E-cigarette pilot project at Isle of Man Prison
The Department of Home Affairs is proposing to permit the use of a specialist e-cigarette at the Isle of Man Prison as part of a six-month pilot project.
The move is aimed at reducing the risks and harm being caused by prisoners using illicit smoking materials. As well as protecting staff from toxic second-hand smoke, it would achieve savings of £15,000 a year on the cost of supplying nicotine replacement therapy (NRT) patches.
The Department will seek Tynwald support next week for the Custody (Amendment) Rules 2017, which include a measure to allow the use of disposable e-cigarettes on a trial basis at the discretion of the Prison Governor.
Home Affairs Minister Bill Malarkey MHK says he is recommending the change in policy as a result of updated evidence and medical opinion.
Latest reports estimate that using e-cigarettes is around 95% safer than smoking tobacco, while the risk of vapours to bystanders is considered ‘negligible.’
Public Health England and the Royal College of Physicians have recently released reports advocating the use of e-cigarettes for specific groups as an alternative to smoking. In addition, the Isle of Man Public Health Directorate has said it supports piloting the use of e-cigarettes at the prison as a ‘practical harm reduction approach.’
The Minister said: ‘I have been persuaded to revisit this issue by the weight of evidence provided by medical professionals and the availability of an e-cigarette that is specially designed for use in prisons. We will review the effectiveness of the trial after six months and make a decision on whether or not to continue.’
He added: ‘This change in policy should not be interpreted as a failure of the prison smoking ban or the Department going soft on prisoners. In fact, this approach will strengthen our management of the situation, save money and help to improve health, safety and discipline at the prison.’
The Isle of Man Prison led the UK and Europe in becoming smoke-free in March 2008 in a bid to protect staff and prisoners from second-hand smoke.
Prisoners who smoke are currently provided with NRT products for a specified period to assist with the management of nicotine withdrawal symptoms.
The prison healthcare team will continue to run specialist stop smoking clinics, offering medication and behavioural support.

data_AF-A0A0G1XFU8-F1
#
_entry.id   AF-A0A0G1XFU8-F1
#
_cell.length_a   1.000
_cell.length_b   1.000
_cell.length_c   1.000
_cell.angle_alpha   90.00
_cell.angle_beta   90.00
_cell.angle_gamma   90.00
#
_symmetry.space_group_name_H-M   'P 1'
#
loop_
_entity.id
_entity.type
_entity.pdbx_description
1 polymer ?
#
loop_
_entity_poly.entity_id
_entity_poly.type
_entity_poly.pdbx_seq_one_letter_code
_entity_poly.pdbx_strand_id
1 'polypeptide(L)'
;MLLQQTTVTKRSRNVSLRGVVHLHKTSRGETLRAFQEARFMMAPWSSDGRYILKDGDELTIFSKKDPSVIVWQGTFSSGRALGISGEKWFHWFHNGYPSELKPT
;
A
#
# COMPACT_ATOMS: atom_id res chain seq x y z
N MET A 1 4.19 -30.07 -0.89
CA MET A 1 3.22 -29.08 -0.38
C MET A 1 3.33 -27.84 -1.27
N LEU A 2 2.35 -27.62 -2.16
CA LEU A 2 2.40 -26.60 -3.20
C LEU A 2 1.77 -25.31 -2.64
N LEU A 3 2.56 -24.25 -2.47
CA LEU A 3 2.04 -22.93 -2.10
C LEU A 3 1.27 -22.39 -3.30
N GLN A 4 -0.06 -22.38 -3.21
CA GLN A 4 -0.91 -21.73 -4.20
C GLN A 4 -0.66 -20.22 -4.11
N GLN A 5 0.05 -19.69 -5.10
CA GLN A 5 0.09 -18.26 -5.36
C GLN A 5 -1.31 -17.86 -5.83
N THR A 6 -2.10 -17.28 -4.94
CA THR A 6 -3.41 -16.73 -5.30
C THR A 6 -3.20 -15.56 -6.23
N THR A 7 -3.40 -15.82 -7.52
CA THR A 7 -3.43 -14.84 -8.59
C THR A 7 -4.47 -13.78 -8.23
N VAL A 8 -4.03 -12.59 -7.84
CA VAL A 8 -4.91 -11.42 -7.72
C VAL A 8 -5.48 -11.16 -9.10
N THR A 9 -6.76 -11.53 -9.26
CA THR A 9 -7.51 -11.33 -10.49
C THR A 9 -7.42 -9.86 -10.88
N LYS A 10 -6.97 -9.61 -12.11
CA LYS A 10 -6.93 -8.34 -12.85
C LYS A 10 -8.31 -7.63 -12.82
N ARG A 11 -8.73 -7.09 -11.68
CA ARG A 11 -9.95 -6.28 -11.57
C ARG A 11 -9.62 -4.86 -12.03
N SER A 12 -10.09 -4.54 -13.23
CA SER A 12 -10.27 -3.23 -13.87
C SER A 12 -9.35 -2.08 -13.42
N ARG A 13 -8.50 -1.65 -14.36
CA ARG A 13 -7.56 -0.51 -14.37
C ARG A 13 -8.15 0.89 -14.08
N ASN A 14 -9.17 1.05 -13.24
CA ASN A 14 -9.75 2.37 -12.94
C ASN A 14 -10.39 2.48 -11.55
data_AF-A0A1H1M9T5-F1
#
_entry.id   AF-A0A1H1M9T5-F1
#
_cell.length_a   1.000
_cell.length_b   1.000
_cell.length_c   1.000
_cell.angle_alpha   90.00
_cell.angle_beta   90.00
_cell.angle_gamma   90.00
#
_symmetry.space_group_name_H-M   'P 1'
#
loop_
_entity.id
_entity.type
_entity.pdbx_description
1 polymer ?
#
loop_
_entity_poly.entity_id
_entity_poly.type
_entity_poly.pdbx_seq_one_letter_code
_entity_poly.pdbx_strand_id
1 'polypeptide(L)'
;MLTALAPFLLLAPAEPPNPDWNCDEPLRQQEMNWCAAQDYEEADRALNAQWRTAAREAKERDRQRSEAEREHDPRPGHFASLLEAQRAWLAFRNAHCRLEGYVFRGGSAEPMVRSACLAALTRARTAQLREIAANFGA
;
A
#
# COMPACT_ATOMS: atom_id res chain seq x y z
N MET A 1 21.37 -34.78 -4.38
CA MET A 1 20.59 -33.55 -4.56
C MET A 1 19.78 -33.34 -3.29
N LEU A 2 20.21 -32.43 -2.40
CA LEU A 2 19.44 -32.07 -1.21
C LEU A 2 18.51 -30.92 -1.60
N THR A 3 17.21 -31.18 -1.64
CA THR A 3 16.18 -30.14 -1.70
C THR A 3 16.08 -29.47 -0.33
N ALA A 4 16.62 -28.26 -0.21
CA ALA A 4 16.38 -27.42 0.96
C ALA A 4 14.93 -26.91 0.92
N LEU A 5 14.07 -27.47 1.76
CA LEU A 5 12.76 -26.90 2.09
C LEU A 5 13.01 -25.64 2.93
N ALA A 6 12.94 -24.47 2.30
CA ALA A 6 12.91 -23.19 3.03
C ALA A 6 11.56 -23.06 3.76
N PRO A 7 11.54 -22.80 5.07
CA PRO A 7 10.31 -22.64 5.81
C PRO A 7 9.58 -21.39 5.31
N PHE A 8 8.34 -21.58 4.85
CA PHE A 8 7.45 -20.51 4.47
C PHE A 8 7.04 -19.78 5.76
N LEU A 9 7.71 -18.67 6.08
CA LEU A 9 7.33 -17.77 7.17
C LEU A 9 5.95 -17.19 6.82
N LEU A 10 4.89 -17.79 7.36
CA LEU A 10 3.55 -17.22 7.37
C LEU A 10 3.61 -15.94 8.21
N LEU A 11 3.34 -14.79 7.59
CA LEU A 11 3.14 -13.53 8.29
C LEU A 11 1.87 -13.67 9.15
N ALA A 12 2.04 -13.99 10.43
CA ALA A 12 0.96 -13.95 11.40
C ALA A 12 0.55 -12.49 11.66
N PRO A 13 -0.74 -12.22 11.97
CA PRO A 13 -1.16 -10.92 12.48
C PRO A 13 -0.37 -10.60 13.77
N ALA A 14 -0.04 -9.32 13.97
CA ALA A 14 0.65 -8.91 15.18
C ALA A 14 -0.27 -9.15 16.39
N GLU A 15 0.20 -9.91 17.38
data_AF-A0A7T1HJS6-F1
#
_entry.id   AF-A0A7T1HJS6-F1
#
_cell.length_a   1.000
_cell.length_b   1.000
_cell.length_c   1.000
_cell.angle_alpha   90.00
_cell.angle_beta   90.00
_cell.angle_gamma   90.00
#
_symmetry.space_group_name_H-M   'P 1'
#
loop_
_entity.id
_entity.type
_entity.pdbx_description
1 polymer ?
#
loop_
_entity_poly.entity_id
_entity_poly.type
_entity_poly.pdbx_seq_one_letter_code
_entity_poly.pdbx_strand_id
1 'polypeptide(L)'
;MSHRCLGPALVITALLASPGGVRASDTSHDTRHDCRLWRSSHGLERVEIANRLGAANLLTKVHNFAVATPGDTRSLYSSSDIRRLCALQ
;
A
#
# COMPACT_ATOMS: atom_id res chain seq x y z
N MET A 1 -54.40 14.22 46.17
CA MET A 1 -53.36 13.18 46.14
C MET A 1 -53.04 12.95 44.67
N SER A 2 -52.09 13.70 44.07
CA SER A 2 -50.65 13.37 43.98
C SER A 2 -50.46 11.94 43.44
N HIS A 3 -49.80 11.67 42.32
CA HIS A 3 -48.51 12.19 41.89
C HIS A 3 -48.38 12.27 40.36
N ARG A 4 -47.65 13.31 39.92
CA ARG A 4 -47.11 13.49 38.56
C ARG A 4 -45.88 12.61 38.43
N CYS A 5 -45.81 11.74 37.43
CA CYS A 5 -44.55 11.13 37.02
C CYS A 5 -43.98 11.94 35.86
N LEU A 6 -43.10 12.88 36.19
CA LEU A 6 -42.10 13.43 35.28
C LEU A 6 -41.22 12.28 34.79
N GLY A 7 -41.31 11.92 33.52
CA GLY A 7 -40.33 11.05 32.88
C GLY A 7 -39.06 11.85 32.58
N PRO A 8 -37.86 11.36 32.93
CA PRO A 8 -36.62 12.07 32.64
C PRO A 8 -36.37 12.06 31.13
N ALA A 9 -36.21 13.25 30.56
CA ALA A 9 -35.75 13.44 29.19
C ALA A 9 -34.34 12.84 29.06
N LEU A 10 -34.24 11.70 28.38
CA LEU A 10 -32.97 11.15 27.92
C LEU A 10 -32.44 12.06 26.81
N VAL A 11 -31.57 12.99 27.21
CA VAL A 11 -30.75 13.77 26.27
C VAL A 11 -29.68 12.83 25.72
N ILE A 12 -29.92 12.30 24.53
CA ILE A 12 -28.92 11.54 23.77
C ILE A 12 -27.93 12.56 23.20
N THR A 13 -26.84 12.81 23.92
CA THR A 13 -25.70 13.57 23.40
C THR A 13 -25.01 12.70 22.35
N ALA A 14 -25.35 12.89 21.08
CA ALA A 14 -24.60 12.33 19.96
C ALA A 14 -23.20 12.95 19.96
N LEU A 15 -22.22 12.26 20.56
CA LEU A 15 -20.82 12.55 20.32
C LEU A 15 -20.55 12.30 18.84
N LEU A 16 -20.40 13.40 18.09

However, NRT patches, which are being misused by some prisoners, will be withdrawn when the pilot project comes into effect.
Prisoners who cannot or do not wish to quit smoking will be permitted to purchase a disposable E-Burn electronic cigarette for use within the confines of their cell or outside. The HYPERLINK “https://e-burn.com/” E-Burn product has been developed by a former prison officer for safe operation in facilities such as prisons and mental health secure units. It has been trialled in Guernsey Prison and other secure facilities in the UK.
Bob McColm, Head of the Prison and Probation Service, said: ‘Offenders are four times more likely to be smokers than those in the general population. Experience at Jurby has shown that many prisoners have no desire to quit and are prepared to flout prison regulations and to risk their health by misusing nicotine patches to produce potentially toxic smoking materials. Prisoners who break the rules are reported and dealt with, but the problem persists.’
He added: ‘The introduction of a secure e-cigarette in the prison is a harm reduction measure developed in partnership with our colleagues in Public Health. We believe this pilot project will generate many benefits. Prisoners will have to actively engage in the rehabilitation process and work in order to pay for their e-cigarettes. This supports our efforts to break the offending cycle and keep the Isle of Man a safe place to live, work and visit.’
Details of the implementation plan for the pilot project are currently being finalised.
Anita Imberger, Health Psychologist and Tobacco Lead at the Department of Health and Social Care, said: ‘Encouraging people to stop smoking remains a significant health priority. It is clear that the prison smoking ban has introduced new risks and staff and prisoners are still being exposed to harmful second-hand smoke. E-cigarettes could help to reduce dangerous smoking practices at the prison and enable prison healthcare professionals to focus on helping those who do wish to quit.’
There is no safe level of exposure to second-hand cigarette smoke.
Over 80% of cigarette smoke is invisible.
Second-hand smoke contains over 4,000 chemicals, more than 50 of which can cause cancer.
Legislation was introduced in the Isle of Man in 2008 to decrease the numbers of people exposed to second-hand smoke in enclosed public places such as pubs and workplaces – Isle of Man Public Health (Tobacco) Act 2006. The Isle of Man Prison was included in this legislation, largely as a result of staff concerns regarding high levels of exposure to second-hand smoke at work.